Here are my best tips for driving the Linn Cove Viaduct:
- Know exactly where the Linn Cove Viaduct is. It’s located at milepost 304.4 on the Blue Ridge Parkway in North Carolina.
- Plan your visit for the best time of year. Prime driving time is from late spring through late fall. Peak autumn leaf color along the Blue Ridge Parkway occurs between late September and late October — depending on elevation.
- Make sure Linn Cove Viaduct is open! It’s sometimes closed during inclement weather. Also, be prepared for road closures — they most frequently happen after heavy rains, snowfall, and rockfalls.
- Make sure the Linn Cove Viaduct Visitor Center is open, as well. It was closed for repairs the last time my wife and I visited. The Visitor Center’s normal operating season is May through October.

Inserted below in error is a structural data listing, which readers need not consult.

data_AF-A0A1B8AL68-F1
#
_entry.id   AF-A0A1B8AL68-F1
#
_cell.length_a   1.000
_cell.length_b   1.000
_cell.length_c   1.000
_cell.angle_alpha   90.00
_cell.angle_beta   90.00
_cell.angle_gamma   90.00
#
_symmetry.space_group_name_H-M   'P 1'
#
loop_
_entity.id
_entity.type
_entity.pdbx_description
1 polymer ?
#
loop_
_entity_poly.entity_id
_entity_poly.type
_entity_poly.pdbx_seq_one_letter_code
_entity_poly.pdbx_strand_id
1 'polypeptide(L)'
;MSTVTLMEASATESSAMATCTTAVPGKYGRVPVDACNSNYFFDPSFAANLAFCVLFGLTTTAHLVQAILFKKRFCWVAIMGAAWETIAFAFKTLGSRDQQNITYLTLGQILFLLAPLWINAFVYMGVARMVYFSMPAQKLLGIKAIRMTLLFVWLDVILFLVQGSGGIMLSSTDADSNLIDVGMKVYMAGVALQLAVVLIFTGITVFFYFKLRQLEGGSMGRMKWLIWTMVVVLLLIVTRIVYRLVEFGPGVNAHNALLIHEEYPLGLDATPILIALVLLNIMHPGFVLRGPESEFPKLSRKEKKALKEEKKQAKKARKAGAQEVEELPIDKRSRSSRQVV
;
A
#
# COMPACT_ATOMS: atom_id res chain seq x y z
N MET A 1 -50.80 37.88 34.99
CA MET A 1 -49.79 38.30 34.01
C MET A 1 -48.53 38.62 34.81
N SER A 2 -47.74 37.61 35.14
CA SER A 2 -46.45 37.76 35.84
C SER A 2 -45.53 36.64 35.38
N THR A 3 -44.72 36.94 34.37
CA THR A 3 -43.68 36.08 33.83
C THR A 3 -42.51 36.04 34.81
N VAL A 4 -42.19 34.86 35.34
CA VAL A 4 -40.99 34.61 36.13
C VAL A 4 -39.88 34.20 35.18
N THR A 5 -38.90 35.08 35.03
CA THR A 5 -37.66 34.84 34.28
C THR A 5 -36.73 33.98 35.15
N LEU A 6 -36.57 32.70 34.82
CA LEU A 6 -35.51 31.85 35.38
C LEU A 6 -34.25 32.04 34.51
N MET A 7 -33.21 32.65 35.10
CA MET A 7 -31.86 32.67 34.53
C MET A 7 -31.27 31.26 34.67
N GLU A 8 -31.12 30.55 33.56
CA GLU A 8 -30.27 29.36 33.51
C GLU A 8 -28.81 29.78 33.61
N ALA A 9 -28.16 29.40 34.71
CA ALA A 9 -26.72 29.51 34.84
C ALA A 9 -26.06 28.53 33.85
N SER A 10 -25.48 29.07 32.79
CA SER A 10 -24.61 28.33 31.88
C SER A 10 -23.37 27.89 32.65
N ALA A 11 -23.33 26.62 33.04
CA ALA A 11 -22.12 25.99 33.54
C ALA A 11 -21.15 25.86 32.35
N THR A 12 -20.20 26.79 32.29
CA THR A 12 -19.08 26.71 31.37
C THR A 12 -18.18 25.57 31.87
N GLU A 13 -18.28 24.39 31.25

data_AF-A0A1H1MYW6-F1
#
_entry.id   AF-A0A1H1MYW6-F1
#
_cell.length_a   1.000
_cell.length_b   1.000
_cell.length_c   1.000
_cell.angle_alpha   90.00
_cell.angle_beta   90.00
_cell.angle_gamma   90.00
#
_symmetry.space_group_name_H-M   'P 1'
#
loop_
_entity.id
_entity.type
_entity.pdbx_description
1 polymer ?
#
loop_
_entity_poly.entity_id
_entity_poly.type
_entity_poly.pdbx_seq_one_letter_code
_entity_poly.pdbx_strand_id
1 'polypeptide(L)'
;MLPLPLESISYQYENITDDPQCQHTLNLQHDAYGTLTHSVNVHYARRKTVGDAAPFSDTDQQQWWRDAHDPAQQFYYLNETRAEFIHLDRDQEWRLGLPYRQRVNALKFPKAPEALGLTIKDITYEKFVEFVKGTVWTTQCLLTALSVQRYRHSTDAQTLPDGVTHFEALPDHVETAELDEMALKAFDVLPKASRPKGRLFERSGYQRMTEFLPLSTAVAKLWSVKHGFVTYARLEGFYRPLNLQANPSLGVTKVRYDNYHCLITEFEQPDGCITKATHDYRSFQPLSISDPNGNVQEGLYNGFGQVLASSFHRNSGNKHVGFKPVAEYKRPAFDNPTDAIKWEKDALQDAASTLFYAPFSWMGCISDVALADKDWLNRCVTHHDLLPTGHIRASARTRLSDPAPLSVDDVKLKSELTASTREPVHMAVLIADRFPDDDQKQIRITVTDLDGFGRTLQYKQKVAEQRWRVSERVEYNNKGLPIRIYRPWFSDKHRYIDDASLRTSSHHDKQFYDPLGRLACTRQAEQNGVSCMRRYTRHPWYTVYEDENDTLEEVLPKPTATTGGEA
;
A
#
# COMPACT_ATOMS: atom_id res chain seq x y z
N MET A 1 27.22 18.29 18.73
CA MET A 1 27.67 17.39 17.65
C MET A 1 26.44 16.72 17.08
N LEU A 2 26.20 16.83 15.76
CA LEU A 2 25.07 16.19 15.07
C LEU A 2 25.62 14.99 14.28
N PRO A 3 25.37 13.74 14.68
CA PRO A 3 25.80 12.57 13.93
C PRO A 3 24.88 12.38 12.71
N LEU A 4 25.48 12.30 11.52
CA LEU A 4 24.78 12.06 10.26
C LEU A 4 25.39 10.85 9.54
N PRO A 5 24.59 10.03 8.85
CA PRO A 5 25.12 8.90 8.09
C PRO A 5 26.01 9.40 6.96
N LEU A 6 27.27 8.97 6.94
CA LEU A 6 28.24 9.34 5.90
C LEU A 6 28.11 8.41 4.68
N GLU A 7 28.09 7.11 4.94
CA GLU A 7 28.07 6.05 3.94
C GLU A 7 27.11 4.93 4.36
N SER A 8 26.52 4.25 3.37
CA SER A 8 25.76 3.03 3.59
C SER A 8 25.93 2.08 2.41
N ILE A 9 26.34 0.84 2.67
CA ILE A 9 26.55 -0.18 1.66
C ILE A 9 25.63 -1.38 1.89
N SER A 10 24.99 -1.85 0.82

- Driving to the Linn Cove bridge for fall color?… Get on the viaduct early! Traffic jams and slow driving conditions are common on the Blue Ridge Parkway in October — from late morning through the early afternoon. In my opinion, the early bird catches the best fall color driving experience!
I’m a Florida native, a roller coaster junkie, and a frequent traveler. (Long road trips are my favorite.) Born and raised in Tampa, I grew up visiting Busch Gardens Tampa Bay. I authored the book Busch Gardens Tampa Bay: Images of Modern America, which details the colorful history of the Busch Gardens theme park. As a local historian, I’ve also written about other popular landmarks and attractions for a variety of publications. Here, on this Travel Guide, I like sharing little-known facts and fun stuff about all the places I’ve been — so you will have a good idea of what those places are like and what you should know before you go. I especially enjoy helping others plan fun trips… on a budget!